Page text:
Sunday, July 17, 2011

All Sizzle and No Steak, Could Perry Disrupt the GOP Race?

How the "Grand Deal" is Rapidly Turning Into NothingIt's quite an interesting narrative around the debt ceiling. Historically, debt ceiling increases have been non-events in American politics. The right of the government to borrow is authorized by law. From the country's inception until 1917, Congress individually reviewed every bond issuance. In 1917, realizing that the country's affairs and balance sheet had become far too complex for such micro-management, Congress passed the Second Liberty Bond Act, which authorized blanket federal borrowing, up to a preset limit, at the time, $8 billion. Since that time, Congress has continually raised the limit as inflation and deficit spending have driven the debt up over time. Historically, these increased have passed easily. Congress passed debt increases in 2002, 2003, 2005, 2007, 2008, 2009 and 2010 with little fanfare (do you even remember a debt ceiling debate during the Bush Administration?)

This time however, the newly minted House GOP majority, buoyed by Tea Party activists, saw an opportunity to set the stage for their fiscal policy goals by demanding major deficit reduction in return for the ceiling increase. House Speaker John Boehner set the standard that at least $1 in debt-reducing initiatives must pass for every $1 increase in the debt ceiling. Rep. Paul Ryan laid out the House GOP blue-print which called for radical changes to entitlements and a whole bunch of non-specific cuts to discretionary spending (the Ryan Plan set targets but did not actually say WHAT it would cut beyond entitlements.)

It now appears that the GOP was bluffing and doesn't actually want a deal. Why do I say that? Because President Obama has embraced their somewhat silly position around the debt ceiling (the debt ceiling is a product of laws Congress already passed, so why do they suddenly act shocked and demand cuts when the check comes?) and pushed for a grand bargain, a $4 trillion deal over 10 years that would include 85% spending cuts and 15% new revenues, with the new revenues being generated solely by closing corporate and wealthy tax loopholes. He even put entitlements on the table.

No dice, says the GOP. "Everything" is on the table say John Boehner and Eric Cantor, "everything" that is except tax increases. With taxes sitting at their lowest level in 60 years and the President proposing only the most symbolic of tax hikes, the GOP position is somewhat absurd.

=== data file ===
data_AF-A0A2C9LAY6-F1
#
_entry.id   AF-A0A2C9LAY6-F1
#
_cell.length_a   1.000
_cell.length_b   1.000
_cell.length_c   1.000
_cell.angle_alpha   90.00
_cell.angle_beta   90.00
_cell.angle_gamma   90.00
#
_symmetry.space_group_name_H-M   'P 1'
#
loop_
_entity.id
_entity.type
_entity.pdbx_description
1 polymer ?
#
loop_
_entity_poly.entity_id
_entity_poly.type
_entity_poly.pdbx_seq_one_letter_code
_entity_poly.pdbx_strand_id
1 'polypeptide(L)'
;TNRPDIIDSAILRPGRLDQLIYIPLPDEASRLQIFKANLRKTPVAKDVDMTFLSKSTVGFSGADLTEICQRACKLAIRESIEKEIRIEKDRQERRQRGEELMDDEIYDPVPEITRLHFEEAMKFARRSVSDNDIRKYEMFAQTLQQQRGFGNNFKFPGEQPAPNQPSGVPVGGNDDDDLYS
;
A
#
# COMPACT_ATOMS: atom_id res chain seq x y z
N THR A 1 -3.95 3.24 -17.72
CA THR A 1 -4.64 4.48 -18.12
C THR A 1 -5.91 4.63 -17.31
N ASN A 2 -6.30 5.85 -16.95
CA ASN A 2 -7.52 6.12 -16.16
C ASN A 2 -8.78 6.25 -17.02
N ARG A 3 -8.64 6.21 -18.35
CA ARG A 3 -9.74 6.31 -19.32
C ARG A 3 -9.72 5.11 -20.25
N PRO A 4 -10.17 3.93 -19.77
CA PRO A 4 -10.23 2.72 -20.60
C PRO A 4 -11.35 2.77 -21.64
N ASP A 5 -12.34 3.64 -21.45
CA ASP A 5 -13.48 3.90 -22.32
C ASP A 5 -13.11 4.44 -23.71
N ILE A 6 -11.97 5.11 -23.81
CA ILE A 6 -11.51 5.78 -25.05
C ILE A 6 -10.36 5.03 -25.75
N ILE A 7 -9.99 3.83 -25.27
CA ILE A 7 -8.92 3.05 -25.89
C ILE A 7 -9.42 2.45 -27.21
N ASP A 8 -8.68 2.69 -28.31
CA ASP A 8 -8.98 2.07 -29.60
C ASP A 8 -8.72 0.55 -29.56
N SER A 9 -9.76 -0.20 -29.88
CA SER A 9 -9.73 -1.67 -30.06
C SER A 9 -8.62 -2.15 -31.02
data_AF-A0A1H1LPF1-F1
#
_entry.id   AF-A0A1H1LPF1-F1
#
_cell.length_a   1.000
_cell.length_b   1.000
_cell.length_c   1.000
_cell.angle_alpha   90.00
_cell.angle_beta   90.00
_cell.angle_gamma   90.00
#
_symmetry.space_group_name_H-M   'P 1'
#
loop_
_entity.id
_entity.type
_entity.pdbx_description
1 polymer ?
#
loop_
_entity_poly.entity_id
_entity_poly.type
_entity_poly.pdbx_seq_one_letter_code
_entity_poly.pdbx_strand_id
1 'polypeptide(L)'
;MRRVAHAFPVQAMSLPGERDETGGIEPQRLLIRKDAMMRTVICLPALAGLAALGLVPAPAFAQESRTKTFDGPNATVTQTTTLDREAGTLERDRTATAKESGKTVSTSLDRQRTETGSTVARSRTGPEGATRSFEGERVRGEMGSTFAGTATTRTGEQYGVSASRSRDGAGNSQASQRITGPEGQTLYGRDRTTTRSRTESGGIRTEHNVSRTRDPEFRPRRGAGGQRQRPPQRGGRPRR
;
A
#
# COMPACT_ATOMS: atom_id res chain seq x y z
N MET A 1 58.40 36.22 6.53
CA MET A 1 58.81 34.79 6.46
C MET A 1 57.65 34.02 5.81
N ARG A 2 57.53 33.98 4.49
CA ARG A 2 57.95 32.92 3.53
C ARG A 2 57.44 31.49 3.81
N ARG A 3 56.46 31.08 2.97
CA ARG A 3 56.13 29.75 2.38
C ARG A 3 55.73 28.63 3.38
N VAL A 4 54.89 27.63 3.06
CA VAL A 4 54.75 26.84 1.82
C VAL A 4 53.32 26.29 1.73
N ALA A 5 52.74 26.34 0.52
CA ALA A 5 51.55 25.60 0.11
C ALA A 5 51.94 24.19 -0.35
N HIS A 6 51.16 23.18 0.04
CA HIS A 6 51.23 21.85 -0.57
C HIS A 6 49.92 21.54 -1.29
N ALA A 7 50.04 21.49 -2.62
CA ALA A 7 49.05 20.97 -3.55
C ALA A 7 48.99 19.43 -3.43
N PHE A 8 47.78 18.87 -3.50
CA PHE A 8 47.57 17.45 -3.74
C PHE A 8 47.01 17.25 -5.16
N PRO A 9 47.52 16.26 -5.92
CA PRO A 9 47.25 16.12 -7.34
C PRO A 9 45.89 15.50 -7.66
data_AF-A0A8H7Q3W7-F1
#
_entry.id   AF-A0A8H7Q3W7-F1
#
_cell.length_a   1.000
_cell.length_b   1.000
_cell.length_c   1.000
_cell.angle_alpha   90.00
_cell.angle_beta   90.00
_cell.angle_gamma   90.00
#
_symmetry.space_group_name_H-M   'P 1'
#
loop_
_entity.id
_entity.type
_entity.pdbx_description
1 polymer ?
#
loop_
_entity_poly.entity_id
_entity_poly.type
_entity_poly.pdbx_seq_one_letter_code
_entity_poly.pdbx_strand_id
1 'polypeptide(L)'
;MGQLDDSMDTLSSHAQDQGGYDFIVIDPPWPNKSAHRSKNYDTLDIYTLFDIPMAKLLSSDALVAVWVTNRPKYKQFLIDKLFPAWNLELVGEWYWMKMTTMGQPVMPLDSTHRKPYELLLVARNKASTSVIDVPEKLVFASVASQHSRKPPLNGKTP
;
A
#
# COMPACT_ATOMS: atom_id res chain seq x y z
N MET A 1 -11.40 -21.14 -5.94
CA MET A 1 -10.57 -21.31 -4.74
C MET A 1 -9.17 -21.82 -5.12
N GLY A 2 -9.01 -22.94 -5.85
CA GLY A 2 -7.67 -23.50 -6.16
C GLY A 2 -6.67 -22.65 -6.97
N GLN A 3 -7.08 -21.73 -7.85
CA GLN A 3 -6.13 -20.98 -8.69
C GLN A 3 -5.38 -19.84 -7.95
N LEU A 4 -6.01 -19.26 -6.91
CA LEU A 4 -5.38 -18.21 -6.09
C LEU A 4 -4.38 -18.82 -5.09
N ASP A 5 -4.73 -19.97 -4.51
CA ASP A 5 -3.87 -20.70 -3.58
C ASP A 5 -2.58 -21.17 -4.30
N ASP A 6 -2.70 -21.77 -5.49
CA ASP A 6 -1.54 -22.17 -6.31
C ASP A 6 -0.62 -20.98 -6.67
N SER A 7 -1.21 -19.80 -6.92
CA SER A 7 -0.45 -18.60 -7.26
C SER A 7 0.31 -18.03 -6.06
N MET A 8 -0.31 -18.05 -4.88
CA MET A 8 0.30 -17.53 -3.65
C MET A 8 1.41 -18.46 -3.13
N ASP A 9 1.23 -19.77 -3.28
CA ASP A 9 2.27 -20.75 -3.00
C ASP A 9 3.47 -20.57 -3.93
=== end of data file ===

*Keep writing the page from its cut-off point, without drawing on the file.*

Now it is the GOP, led by Senate Minority Leader Mitch Mcconnell, who are pushing for either a much smaller deal or a gimmick by which Congress would agree to debt ceiling increases in a way that allows the GOP to vote against them but still let them happen.

I've been critical of President Obama's negotiating tactics in the past - I thought he cut a horrible deal on the Bush Tax Cuts and gave away a ton of leverage and I thought that he gave the GOP 80%+ of what they wanted in the Fiscal 2011 budget. But, I admit, I was wrong about this one. He has played it masterfully.

The GOP looks hypocritical and is stuck defending why they would walk away from $3+ trillion in spending cuts because they don't want Exxon-Mobile or private jet owners to lose their special tax exemptions. They look unserious about deficit reduction and like they are simply pandering and playing politics.

In short, the GOP is losing the debate and is scrambling to figure out there new position. Boehner, who actually wants a deal, is wedged by Eric Cantor, who has no interest in legislation. Several others in the GOP have expressed openness to closing tax loopholes, including conservative Tom Coburn and moderate Lindsey Graham. But it looks like there will be no deal.

So, the can gets kicked down the road and the GOP loses credibility. What a shame.

Rick Perry Could Make Waves
It looks increasingly likely the Texas Governor Rick Perry will enter the GOP 2012 Presidential field. He is a compelling candidate in many ways - he obviously has executive experience, he has strong conservative credentials (which is obviously very helpful in GOP primaries and caucuses) and he is a good speaker. In short, he is Michelle Bachmann with more credibility.

His entry would clearly be bad for Bachmann as they would be fighting for the same set of voters. Moderates and those most interested in general election victory would still back Mitt Romney, although conservatives who were holding their nose and supporting Romney because they viewed him as the only credible general candidate, might jump ship.

So, in short, how relevant Perry would become depends on where he pulls his support from. If he steals support mostly from Bachmann, he will simply solidify Romney's national lead. If he stills primarily from Romney, he could win or he could open the door for Bachmann to win with a plurality of Tea Party voters and talk radio listeners.

Either way, in what has become kind of a ho-hum field, Rick Perry's entrance adds an element of excitement.

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